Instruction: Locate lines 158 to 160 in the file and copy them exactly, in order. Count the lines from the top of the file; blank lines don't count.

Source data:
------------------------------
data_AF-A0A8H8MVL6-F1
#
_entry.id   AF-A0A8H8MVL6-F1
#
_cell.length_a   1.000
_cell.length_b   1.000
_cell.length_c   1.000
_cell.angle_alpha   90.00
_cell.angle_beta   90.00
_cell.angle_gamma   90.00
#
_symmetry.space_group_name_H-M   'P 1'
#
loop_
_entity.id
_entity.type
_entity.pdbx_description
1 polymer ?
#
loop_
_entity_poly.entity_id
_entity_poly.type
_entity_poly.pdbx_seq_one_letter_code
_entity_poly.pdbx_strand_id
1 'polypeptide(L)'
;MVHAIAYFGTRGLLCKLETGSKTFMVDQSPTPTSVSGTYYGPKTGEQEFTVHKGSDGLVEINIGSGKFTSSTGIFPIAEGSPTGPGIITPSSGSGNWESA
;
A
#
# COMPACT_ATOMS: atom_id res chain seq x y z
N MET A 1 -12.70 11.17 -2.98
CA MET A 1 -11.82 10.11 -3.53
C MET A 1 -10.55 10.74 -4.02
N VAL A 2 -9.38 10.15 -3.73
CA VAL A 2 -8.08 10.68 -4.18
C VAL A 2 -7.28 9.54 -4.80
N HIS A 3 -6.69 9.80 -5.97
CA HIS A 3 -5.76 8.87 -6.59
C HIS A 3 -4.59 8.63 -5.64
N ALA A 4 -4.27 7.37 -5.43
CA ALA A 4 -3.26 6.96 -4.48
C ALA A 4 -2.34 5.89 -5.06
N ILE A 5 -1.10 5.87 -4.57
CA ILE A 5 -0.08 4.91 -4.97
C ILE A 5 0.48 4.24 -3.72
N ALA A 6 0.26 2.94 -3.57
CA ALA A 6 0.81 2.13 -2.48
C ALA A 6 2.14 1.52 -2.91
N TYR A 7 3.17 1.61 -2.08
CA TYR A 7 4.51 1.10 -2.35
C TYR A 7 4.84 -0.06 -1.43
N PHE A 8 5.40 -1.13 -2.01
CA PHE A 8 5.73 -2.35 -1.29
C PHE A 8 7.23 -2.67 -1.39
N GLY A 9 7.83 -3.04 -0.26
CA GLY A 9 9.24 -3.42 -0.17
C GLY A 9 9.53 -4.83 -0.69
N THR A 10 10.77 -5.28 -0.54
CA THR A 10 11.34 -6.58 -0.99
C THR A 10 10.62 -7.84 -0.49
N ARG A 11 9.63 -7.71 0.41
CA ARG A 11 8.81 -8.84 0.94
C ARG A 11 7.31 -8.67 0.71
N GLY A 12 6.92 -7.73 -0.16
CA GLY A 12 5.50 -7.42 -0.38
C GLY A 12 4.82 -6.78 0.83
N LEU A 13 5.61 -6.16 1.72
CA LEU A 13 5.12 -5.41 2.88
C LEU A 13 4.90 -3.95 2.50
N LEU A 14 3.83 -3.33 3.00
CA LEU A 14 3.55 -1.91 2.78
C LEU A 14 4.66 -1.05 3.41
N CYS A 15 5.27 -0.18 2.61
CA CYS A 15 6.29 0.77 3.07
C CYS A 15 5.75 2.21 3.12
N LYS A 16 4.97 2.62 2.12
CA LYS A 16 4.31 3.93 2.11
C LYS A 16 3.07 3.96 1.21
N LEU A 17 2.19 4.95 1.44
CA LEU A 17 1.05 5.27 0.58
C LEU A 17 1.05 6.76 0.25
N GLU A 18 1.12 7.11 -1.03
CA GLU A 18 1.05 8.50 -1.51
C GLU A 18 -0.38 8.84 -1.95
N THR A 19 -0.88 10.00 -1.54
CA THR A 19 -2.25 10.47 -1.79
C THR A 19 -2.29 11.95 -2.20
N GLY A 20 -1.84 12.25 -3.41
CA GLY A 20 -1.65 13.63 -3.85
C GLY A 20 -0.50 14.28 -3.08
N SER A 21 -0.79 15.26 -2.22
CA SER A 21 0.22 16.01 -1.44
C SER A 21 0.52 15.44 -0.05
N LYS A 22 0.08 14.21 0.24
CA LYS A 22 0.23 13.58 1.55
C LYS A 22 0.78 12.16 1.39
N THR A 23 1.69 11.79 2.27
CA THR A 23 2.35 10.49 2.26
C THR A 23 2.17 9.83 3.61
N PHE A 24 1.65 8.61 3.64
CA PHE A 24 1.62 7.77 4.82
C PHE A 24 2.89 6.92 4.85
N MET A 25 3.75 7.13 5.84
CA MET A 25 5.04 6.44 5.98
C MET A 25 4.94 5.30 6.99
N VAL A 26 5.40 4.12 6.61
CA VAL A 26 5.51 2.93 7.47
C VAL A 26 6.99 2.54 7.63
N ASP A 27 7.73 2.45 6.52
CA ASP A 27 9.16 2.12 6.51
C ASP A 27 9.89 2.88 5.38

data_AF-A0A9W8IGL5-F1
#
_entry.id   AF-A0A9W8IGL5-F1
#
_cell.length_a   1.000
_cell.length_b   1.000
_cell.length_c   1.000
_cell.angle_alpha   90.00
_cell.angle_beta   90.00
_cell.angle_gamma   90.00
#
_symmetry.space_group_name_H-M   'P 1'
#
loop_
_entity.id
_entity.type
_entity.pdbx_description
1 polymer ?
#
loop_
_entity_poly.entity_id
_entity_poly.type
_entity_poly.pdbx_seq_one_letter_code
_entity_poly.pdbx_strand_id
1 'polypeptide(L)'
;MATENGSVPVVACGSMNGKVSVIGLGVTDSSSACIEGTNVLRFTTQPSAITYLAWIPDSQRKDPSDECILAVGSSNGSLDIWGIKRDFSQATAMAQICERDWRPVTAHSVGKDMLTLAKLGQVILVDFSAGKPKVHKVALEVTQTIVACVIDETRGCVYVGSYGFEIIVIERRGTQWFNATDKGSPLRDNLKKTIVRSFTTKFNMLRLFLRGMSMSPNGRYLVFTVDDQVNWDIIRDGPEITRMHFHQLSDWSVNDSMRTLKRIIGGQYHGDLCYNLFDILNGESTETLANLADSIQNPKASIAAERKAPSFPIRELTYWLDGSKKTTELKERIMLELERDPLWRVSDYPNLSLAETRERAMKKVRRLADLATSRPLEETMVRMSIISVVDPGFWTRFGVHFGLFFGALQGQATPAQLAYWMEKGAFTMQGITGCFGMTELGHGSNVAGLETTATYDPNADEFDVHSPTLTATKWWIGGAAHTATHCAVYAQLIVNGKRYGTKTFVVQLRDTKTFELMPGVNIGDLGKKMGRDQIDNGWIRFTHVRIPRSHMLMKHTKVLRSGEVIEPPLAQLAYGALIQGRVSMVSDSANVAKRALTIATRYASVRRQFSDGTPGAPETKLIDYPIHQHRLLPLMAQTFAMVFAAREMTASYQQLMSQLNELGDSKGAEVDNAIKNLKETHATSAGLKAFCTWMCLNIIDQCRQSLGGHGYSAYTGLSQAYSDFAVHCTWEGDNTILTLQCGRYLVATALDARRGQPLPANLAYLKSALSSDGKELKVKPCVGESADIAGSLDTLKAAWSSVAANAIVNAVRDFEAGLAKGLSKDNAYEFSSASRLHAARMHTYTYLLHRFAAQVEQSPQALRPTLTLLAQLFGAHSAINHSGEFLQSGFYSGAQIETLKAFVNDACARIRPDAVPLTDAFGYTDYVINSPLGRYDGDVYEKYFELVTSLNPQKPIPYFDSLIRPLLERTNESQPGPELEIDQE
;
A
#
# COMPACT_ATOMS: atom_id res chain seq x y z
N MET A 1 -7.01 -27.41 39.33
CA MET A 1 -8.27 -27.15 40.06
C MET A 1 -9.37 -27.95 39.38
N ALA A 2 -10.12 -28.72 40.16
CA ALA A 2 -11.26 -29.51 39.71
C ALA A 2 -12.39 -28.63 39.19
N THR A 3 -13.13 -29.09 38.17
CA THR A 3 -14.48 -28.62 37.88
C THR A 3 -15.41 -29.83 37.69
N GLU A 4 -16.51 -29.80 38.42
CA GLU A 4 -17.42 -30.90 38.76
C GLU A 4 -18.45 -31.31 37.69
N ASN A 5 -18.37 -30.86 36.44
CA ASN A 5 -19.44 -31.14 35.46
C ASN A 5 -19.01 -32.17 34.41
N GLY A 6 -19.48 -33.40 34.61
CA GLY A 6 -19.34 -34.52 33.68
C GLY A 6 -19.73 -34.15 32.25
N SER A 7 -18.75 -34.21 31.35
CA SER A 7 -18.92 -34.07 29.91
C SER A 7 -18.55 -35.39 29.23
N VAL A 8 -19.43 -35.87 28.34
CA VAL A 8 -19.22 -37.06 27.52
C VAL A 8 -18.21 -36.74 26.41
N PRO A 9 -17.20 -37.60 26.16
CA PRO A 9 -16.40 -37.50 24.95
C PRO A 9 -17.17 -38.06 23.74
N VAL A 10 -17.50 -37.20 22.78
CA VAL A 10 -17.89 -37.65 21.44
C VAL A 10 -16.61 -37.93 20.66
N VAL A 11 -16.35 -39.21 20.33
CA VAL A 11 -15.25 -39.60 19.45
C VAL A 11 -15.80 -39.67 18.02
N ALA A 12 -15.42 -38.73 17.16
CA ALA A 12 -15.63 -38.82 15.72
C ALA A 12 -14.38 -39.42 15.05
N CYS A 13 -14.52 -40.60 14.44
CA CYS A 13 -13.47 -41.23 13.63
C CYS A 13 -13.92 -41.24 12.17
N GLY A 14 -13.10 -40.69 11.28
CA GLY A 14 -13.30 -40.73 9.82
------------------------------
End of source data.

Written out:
CA GLY A 6 -19.34 -34.52 33.68
C GLY A 6 -19.73 -34.15 32.25
N SER A 7 -18.75 -34.21 31.35